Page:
Revel in Being Rooted
August 27, 2020 | by: Dale Thiele | 0 Comments
Posted in: Pastoral Encouragement
Part of our vision for Oak Hills is that we would be Rooted in the Gospel. That’s God’s desire and design for his people. I would argue that we would not be a church unless we were rooted in the Gospel; it is that essential to our existence.
I explained in Sunday’s sermon that we are passive in the activity of being rooted in Christ. Paul commands in Colossians 2:6 that we are to “walk in Christ,” and then he explains the supporting strength for obeying such a command in verse 7: “having been rooted in him.” We are able to walk in Christ because God has rooted us in Christ. The relationship has already been established.
Paul speaks about us being rooted in one other passage, Ephesians 3:17. In this paragraph, Paul is offering prayer for the church at Ephesus. Paul’s prayers are highly instructional regarding our relationship with God. Let me break down this prayer and demonstrate the place our rootedness has in our lives.
The Addressee: Paul states that he is praying to “the Father” in verse 14. In verse 15 he exalts the Father as the source of life for “every family in heaven and on earth.” Such an address to God frames our hearts and minds as we make requests before him.
The Request: Paul makes his request known in verse 16: “that God may grant you to be strengthened with power through his Spirit in your inner being.” What a beautiful prayer! In this request Paul acknowledges that our greatest need is spiritual, not physical. And we are utterly dependent on God’s faithful provision to meet our needs. Do you pray for such things like this for yourself, your spouse, your children, your brothers and sisters in the church?
The Source: Before he expresses his request, Paul adds another affirmation of God’s infinite sufficiency. He requests that God grant us strength “according to the riches of his glory.” These are not flowery words. They are richly true. God has no limits. He is infinitely rich. Paul will extol God in a few verses stating, “to him who is able to do far more abundantly than all that we ask or think” (v. 20). Do we appeal to God according to his riches? I suspect that in many of our prayers we operate as if we are the source of what we want; we merely ask God to help us accomplish what we want. What if we saw ourselves utterly empty and needy for what God supplies?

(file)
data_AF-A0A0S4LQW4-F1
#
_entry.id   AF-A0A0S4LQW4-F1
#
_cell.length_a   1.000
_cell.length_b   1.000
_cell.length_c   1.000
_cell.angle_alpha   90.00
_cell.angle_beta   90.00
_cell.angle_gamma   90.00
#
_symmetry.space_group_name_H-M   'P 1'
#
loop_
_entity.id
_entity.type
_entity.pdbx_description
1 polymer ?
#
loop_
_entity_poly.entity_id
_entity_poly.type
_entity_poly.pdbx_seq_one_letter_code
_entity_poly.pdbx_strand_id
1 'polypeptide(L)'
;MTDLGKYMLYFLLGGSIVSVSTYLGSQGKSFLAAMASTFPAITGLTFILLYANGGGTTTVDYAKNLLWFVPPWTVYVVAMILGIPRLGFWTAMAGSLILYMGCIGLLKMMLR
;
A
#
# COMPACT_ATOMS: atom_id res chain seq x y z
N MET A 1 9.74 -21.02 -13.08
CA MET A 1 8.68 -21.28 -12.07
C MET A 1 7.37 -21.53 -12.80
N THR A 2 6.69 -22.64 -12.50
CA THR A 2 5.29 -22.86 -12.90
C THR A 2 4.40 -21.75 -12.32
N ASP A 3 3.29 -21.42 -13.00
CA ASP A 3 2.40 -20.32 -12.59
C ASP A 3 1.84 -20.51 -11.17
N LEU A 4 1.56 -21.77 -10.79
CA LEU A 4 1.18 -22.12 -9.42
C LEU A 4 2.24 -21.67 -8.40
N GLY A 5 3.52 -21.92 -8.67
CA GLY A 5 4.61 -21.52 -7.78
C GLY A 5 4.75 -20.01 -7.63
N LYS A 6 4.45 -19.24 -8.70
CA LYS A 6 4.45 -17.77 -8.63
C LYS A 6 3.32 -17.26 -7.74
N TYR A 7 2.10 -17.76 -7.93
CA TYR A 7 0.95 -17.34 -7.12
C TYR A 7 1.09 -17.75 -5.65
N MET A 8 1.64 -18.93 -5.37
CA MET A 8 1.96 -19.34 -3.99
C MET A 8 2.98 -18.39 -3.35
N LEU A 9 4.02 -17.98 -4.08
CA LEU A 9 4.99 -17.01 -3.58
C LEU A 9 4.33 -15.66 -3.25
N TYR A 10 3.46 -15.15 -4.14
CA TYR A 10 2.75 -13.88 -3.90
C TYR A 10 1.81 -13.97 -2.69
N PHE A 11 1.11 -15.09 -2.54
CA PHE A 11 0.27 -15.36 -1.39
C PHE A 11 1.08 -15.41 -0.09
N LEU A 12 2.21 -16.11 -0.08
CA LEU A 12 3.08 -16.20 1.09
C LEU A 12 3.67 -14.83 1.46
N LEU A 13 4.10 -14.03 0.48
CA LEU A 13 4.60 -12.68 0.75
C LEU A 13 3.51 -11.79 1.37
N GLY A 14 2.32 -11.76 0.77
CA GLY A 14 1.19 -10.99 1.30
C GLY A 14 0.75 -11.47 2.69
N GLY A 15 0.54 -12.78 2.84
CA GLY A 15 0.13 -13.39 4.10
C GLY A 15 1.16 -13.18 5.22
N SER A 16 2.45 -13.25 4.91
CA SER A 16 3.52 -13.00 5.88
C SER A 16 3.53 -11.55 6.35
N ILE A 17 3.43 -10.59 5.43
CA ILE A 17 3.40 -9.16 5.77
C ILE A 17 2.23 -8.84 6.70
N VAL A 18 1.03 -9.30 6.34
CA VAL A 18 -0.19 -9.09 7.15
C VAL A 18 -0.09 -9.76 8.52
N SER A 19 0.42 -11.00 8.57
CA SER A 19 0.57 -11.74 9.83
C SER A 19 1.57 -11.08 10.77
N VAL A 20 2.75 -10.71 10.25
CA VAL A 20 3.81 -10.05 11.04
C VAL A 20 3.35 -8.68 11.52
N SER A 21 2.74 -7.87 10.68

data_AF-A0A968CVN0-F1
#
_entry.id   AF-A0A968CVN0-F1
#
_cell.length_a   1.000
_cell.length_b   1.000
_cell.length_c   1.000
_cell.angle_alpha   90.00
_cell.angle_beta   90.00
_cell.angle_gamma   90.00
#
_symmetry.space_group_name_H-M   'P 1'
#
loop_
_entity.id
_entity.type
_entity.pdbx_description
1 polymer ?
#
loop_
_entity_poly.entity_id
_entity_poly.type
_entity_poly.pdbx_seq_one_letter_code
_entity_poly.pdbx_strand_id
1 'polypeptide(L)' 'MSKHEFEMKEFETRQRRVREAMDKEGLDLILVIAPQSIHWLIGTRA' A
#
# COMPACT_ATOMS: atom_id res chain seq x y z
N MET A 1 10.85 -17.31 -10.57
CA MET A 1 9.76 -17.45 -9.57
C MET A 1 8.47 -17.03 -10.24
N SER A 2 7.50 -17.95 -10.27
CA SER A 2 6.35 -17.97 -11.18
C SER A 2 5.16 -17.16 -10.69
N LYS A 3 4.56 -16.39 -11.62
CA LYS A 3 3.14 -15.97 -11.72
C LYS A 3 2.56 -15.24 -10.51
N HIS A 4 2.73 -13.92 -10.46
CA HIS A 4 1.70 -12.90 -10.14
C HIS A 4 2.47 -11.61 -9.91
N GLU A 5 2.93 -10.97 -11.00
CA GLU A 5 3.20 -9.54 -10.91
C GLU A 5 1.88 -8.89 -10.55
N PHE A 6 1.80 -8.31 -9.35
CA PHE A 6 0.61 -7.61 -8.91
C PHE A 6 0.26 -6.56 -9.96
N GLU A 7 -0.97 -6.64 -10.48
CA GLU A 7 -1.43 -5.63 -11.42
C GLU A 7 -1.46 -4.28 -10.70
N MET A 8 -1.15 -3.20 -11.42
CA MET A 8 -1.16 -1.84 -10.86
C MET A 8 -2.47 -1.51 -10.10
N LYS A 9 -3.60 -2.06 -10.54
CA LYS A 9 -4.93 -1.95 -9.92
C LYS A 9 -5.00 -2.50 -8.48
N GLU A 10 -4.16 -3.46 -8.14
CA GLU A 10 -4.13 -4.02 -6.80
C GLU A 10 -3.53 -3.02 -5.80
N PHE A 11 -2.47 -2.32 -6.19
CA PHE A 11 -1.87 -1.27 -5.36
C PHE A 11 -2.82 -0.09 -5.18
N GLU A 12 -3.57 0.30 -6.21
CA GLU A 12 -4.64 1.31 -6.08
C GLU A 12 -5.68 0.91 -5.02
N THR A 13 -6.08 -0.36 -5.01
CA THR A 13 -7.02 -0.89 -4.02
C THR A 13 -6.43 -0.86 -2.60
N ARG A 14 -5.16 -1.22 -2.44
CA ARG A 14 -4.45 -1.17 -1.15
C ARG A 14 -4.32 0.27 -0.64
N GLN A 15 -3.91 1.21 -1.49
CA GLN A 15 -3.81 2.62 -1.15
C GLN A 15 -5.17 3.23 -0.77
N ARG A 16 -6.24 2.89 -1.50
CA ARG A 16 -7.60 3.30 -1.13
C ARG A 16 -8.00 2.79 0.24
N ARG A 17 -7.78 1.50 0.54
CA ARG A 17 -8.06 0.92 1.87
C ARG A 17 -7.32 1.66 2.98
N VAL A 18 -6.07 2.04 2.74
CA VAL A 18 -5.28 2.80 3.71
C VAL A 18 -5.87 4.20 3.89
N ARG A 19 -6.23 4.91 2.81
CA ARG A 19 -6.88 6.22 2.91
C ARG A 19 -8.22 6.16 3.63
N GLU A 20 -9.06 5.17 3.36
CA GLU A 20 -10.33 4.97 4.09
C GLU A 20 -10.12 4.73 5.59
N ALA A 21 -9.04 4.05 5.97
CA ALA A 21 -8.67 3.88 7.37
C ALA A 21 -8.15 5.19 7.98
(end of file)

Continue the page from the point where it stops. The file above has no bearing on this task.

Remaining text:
The Compounded Purpose Statements: The rest of Paul’s prayer is a series of purpose statements. They may be seen as separate requests, but, more likely, Paul understands that there is a chain reaction that follows from being strengthened with power through the Spirit. These reactions build on one another. When we are strengthened with power by the Spirit then Christ dwells in our hearts through faith. When Christ dwells in our hearts through faith then we have strength to comprehend and know the love of Christ. When we comprehend and know the love of Christ then we are filled with all the fullness of God.
The Grounding Encouragement: These are lofty requests; perhaps we may feel that they are unattainable. Paul, in his pastoral care, wants to assure us that such requests are not too extravagant. Not only does he extol God in his resourcefulness, but he also reminds us of God’s gracious work. Tucked away in the middle of the list of purpose statements is this phrase: “you, being rooted and grounded in love.” That’s a summary of the Gospel. This phrase reminds us of God’s great love from Ephesians 2 that makes us alive together with Christ. We can have courage to make bold requests before God because we are rooted in his love.
Being rooted is part of the vision for Oak Hills because this clearly highlights the source for all spiritual blessing from God. He has done this for us. Our responsibility is to revel in the fact that we are rooted. Such reveling will lead to such empowering prayers.